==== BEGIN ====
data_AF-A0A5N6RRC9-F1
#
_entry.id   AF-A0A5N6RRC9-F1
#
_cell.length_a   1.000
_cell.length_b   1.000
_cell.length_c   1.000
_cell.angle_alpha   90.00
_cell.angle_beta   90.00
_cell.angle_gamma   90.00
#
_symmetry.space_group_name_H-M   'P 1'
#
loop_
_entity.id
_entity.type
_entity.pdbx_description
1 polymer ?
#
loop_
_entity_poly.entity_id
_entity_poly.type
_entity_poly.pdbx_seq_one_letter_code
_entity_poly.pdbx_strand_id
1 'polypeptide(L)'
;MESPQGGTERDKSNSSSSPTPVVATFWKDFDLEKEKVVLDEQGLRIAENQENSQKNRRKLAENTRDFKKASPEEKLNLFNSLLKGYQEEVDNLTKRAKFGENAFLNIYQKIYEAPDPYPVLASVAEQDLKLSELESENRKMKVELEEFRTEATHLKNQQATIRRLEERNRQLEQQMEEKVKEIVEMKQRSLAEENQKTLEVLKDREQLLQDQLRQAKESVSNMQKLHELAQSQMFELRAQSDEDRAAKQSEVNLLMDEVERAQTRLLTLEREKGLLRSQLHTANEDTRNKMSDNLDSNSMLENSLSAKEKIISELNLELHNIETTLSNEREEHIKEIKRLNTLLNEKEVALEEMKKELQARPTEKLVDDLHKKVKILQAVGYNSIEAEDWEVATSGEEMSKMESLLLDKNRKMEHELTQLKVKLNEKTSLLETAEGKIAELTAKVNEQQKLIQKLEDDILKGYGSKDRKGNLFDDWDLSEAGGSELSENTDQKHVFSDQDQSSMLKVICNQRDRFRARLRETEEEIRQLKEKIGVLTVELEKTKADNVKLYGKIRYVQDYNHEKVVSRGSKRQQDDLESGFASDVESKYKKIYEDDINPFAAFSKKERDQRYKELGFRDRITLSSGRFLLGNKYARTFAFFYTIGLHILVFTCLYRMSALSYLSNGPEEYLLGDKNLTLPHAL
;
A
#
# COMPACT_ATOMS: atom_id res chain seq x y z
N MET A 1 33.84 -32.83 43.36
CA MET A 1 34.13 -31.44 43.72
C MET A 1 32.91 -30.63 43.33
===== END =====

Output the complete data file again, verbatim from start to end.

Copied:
data_AF-A0A5N6RRC9-F1
#
_entry.id   AF-A0A5N6RRC9-F1
#
_cell.length_a   1.000
_cell.length_b   1.000
_cell.length_c   1.000
_cell.angle_alpha   90.00
_cell.angle_beta   90.00
_cell.angle_gamma   90.00
#
_symmetry.space_group_name_H-M   'P 1'
#
loop_
_entity.id
_entity.type
_entity.pdbx_description
1 polymer ?
#
loop_
_entity_poly.entity_id
_entity_poly.type
_entity_poly.pdbx_seq_one_letter_code
_entity_poly.pdbx_strand_id
1 'polypeptide(L)'
;MESPQGGTERDKSNSSSSPTPVVATFWKDFDLEKEKVVLDEQGLRIAENQENSQKNRRKLAENTRDFKKASPEEKLNLFNSLLKGYQEEVDNLTKRAKFGENAFLNIYQKIYEAPDPYPVLASVAEQDLKLSELESENRKMKVELEEFRTEATHLKNQQATIRRLEERNRQLEQQMEEKVKEIVEMKQRSLAEENQKTLEVLKDREQLLQDQLRQAKESVSNMQKLHELAQSQMFELRAQSDEDRAAKQSEVNLLMDEVERAQTRLLTLEREKGLLRSQLHTANEDTRNKMSDNLDSNSMLENSLSAKEKIISELNLELHNIETTLSNEREEHIKEIKRLNTLLNEKEVALEEMKKELQARPTEKLVDDLHKKVKILQAVGYNSIEAEDWEVATSGEEMSKMESLLLDKNRKMEHELTQLKVKLNEKTSLLETAEGKIAELTAKVNEQQKLIQKLEDDILKGYGSKDRKGNLFDDWDLSEAGGSELSENTDQKHVFSDQDQSSMLKVICNQRDRFRARLRETEEEIRQLKEKIGVLTVELEKTKADNVKLYGKIRYVQDYNHEKVVSRGSKRQQDDLESGFASDVESKYKKIYEDDINPFAAFSKKERDQRYKELGFRDRITLSSGRFLLGNKYARTFAFFYTIGLHILVFTCLYRMSALSYLSNGPEEYLLGDKNLTLPHAL
;
A
#
# COMPACT_ATOMS: atom_id res chain seq x y z
N MET A 1 33.84 -32.83 43.36
CA MET A 1 34.13 -31.44 43.72
C MET A 1 32.91 -30.63 43.33